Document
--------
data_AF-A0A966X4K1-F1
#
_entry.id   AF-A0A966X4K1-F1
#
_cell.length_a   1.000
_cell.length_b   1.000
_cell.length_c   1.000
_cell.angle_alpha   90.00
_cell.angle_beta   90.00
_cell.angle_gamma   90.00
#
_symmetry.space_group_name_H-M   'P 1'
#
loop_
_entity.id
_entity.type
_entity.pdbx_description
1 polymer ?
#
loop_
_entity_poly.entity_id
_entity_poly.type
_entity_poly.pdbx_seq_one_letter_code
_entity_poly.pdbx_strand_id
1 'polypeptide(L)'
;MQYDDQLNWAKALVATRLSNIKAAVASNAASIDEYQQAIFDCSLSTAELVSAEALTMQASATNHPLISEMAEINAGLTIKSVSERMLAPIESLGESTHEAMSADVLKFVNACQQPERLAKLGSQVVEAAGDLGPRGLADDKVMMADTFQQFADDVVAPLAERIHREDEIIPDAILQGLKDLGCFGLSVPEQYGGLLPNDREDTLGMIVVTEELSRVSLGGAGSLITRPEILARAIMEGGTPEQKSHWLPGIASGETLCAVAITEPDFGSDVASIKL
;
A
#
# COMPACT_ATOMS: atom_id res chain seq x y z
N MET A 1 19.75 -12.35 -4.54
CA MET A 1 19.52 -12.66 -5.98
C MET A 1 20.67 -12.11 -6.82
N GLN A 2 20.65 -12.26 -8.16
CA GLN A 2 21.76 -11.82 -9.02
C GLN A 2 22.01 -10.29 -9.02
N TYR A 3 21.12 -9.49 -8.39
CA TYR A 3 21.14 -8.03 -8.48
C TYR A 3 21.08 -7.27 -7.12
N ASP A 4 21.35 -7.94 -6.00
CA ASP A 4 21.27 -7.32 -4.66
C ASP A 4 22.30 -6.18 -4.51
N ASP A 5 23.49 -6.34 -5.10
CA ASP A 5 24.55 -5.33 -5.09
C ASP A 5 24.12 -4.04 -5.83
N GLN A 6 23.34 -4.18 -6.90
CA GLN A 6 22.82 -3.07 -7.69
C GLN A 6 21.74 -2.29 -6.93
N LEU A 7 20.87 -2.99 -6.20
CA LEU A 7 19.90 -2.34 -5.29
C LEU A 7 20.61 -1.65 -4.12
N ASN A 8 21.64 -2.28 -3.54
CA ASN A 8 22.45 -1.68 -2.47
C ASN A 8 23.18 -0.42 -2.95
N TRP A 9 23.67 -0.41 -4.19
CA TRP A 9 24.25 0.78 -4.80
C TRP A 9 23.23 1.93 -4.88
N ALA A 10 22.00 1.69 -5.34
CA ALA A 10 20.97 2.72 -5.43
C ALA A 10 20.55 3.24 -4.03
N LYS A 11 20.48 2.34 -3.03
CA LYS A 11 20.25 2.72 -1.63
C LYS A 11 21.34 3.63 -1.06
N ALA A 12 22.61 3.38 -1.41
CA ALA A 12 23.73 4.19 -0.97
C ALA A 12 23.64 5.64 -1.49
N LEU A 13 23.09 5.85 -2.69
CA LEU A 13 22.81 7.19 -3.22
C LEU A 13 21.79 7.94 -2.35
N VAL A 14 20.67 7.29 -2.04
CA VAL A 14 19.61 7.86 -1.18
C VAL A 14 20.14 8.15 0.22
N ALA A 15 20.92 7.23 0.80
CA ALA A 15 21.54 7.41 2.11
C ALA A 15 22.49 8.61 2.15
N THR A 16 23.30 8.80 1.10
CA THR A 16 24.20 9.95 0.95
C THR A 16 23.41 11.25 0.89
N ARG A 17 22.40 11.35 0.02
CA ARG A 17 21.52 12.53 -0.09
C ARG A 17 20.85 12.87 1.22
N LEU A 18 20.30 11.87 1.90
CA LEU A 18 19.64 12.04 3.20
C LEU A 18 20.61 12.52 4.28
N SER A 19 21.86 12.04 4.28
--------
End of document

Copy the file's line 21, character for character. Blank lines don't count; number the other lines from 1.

_entity_poly.entity_id